ITV Studios (ITVS) revenues were down almost 20% for the first nine months of 2020, as the ongoing challenges of producing during the pandemic continue to be felt.
The sales and production division of the UK commercial broadcaster said revenues had fallen to £902m ($1.18bn) for the nine months to September, 19% down on the £1.1bn reported last year.
The results, part of ITV’s Q3 trading update, also revealed that the company’s overall total revenue was down by 16% on last year to £1.86bn, while broadcast revenue was down 13% at £1.27bn.
Online decline, production rise
While audience figures generally rose for streamers and broadcasters during the first part of the year as locked down audiences turned to TV for entertainment, ITV said online viewing across its streaming services for the first nine months were down 6% on last year.
ITV added that this was due to the cancellation of the summer season of reality hit Love Island, in addition to fewer episodes of soaps being produced because of the pandemic.
Overall viewing numbers across ITV were up 2%, with an increase in those watching live, but the company’s overall share of viewing in the UK was down 4%, which the broadcaster attributed to the BBC’s increased news output. ITV’s total advertising revenue was also down 16% year-on-year, while online revenues were up 2%.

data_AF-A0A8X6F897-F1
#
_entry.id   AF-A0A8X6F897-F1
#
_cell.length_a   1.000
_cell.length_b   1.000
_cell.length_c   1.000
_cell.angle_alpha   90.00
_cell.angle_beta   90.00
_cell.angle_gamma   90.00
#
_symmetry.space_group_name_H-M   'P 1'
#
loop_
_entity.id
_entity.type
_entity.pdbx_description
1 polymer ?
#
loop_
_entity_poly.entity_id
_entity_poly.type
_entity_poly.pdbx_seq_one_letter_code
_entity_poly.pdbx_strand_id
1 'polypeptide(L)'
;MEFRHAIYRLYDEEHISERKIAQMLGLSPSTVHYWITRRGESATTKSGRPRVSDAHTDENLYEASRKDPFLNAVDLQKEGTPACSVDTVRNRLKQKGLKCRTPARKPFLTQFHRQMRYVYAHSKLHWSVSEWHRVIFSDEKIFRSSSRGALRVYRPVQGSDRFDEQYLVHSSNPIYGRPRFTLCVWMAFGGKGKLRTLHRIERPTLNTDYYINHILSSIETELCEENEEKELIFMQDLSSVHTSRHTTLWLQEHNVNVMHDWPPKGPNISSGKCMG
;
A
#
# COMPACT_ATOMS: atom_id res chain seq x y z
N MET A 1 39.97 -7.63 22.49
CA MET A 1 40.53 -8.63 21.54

The broadcaster, which restructured recently to focus on streaming as part of its ‘More Than TV strategy’, also revealed that 85% of its 230 productions that had been impacted or paused by the pandemic had now been delivered or were back filming.
Advertising was also rebounding, although total spend remained down 7% year-on-year, and CEO Carolyn McCall said there were “encouraging signs” of improvement.
“Advertising trends are improving with Q4 forecast to be slightly up year on year and 85% of our productions in the UK and internationally that were paused as a result of Covid-19 are back in production or have been delivered.
“However, Covid restrictions and further national lockdowns have added production costs and are making it challenging to bring ITV Studios productions back to full capacity,” she said, adding that the company remained “focused on executing our More Than TV strategy as we accelerate our digital transformation.”
McCall said: “We have further improved the design and functionality of the Hub which now has 32m registered users; and BritBox is on track, with a very successful launch for Spitting Image – BritBox’s first original commission.
“Looking ahead we will continue to monitor our performance very carefully against a wide range of scenarios given the ongoing uncertainty. We continue to focus on cash and costs and our balance sheet remains robust with good access to liquidity.”
The results come after a hugely turbulent period for the broadcaster, which was among the first to cut a slew of costs as then pandemic hit, including lopping off 20% from the salaries of senior staff. Its plan to save £60m is also well underway, while programming budgets have been slashed by £100m.